Soraya was updating our blog roll (over there --> to the right... make sure to check it out later), when she turned to ask me a question.
"I've got Feministing, Racialicious and Salon up here... what else do you read?"
"They're all listed on my blog," I said. Then I realized I needed to warn her. "Oh yeah... They're all hair, beauty and fashion blogs."
That's when I got it. The Soraya Side-Eye. Punctuated with: "...I mean stuff that's relevant."
Well, I never! "How is it not relevant?!" I demanded to know. "Being fly is part of being Awesome & Fabulous!, is it not?"
She cocked her head, half in agreement, half in knowing I wasn't going to budge on my position, and relented. (That's when we decided to include our own personal blog rolls.)
The one thing I've noticed as I've gone through these past years exploring the online feminist community is that we can talk about a lot of things... but we don't talk about being pretty. As if there's some kind of unspoken rule that talking about your love for lipglass or passion for party dresses makes you a less serious, more superficial person. And it's always a bit of a downer for me because, well... I like to look cute.
But who ever said you can't be groundbreaking and gorgeous at the same time? I have a personal admiration for women who do the damn thing AND look good while doing it (i.e. Fairy Fly Mommy Michelle and former Lehman Brothers CFO Erin Callan). And I see nothing wrong with taking pride in how you present yourself to the world, just as much as you take pride in the work you do for the world.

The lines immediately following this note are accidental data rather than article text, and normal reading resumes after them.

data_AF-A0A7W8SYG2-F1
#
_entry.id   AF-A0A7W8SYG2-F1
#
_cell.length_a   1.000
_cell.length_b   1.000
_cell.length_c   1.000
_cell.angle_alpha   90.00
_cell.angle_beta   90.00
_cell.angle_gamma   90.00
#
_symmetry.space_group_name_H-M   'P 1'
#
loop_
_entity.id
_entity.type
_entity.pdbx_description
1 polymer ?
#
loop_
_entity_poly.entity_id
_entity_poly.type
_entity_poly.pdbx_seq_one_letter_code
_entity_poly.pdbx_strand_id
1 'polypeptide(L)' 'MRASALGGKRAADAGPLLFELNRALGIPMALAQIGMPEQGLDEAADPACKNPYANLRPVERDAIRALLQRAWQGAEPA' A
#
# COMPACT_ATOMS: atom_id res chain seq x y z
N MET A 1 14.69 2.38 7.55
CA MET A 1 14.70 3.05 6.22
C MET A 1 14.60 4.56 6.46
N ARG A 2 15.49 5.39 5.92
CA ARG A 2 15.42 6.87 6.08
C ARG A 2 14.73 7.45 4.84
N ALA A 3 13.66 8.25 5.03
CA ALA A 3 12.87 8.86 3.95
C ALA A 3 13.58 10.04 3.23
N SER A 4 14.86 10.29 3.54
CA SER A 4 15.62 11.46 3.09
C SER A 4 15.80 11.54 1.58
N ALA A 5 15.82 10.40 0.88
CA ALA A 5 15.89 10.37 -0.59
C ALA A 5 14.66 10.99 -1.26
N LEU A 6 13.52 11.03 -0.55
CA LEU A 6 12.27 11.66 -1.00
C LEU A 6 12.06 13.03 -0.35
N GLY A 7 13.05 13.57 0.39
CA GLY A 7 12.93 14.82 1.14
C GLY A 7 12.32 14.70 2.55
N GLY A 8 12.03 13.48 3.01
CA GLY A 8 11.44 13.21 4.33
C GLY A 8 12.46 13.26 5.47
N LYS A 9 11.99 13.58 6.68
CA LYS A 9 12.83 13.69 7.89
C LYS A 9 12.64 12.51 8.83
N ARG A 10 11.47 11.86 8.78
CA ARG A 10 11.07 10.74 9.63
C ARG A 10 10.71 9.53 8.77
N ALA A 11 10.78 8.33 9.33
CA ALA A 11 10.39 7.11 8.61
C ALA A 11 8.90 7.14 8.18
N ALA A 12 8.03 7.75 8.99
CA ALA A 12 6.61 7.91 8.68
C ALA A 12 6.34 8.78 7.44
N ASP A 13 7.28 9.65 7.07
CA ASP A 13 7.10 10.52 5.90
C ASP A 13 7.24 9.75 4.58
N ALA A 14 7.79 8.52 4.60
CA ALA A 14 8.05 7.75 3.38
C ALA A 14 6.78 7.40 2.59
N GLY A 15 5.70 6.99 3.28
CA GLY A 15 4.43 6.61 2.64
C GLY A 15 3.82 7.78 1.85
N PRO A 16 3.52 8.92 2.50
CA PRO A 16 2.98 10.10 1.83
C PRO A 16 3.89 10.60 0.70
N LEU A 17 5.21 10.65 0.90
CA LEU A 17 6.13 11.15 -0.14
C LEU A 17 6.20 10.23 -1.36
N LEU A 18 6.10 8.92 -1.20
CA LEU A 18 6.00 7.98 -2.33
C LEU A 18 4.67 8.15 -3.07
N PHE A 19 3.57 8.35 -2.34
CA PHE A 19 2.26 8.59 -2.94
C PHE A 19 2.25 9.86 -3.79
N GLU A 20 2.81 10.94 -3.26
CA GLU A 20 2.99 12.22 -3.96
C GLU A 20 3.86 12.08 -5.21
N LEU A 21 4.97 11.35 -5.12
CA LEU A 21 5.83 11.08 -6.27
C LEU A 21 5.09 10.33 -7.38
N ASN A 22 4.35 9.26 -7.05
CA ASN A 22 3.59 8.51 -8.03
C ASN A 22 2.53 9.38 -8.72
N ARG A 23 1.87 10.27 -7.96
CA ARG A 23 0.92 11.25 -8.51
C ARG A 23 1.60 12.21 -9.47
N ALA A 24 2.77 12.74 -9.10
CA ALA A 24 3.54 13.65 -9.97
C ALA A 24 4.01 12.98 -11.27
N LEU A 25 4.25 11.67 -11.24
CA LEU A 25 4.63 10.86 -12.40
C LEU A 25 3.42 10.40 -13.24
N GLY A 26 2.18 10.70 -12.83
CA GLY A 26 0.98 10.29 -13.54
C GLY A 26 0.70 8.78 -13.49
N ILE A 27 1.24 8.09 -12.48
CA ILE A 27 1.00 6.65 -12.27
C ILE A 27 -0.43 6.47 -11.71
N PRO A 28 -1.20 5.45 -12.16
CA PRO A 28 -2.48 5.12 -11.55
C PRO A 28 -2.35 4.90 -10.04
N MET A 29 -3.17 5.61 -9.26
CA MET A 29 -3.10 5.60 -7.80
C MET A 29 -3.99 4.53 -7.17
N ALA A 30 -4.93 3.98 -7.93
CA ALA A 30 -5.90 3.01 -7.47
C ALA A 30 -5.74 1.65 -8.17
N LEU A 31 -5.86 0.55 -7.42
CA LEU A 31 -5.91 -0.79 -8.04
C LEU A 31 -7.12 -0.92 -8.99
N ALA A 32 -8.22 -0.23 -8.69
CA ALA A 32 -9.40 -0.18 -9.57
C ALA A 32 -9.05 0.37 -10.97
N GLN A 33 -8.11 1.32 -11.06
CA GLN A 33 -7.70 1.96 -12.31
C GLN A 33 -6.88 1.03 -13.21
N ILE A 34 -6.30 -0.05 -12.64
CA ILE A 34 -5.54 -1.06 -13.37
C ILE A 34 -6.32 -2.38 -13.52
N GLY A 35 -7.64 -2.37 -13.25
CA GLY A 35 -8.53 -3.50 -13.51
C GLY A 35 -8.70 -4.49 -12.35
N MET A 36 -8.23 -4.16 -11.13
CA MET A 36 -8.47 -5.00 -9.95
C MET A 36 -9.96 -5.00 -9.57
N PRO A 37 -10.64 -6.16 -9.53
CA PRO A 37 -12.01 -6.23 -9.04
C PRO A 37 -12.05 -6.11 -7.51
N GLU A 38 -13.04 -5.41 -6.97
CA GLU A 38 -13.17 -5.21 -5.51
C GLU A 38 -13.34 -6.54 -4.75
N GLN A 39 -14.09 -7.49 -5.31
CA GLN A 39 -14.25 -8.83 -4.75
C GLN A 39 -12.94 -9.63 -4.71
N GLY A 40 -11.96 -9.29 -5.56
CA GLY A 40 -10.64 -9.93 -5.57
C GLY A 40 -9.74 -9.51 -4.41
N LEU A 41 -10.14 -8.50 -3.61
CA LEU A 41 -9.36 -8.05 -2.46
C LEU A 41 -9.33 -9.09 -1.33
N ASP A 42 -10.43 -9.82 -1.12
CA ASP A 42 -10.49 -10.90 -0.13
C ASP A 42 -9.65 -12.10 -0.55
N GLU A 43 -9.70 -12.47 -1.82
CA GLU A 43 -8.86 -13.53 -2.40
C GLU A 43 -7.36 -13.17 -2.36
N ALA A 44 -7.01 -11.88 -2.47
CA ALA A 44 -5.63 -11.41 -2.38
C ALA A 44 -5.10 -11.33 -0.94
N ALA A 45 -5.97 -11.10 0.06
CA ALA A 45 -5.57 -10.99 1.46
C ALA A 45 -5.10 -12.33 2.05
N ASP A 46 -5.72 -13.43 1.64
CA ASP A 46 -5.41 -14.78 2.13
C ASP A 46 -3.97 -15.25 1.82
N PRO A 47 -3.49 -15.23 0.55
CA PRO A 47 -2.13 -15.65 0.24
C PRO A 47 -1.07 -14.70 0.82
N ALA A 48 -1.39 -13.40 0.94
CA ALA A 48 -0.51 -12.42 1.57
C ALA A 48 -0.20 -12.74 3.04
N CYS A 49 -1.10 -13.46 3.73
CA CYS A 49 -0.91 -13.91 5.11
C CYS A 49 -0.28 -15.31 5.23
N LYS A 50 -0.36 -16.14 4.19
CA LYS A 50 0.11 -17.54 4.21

Neither does Robin Givhan. From her coverage of Glamour's Woman of the Year Awards:
...the subtext running through each award is the notion that style, glamour, fashion and all its variations can be part of a serious life. One would think that such a declaration would be unnecessary. But we remain a culture that is quick to declare any conversation about style as shallow, any acknowledgment of a woman's appearance as sexist and any attention to the semiotics of attire as undignified.
So although the Women of the Year awards are meant to be a celebration of accomplishment, not style, the fact that they are given out under the auspices of Glamour serves as a license for serious women to mention the unmentionable: Fashion can be fun, confidence-building, lucrative and symbolic.
So... see Soraya? Fashion and beauty are very much relevant. Ain't nothing wrong with a woman wanting to be awesome... AND look fabulous at the same time.
(Nah, nah nah, boo boo.)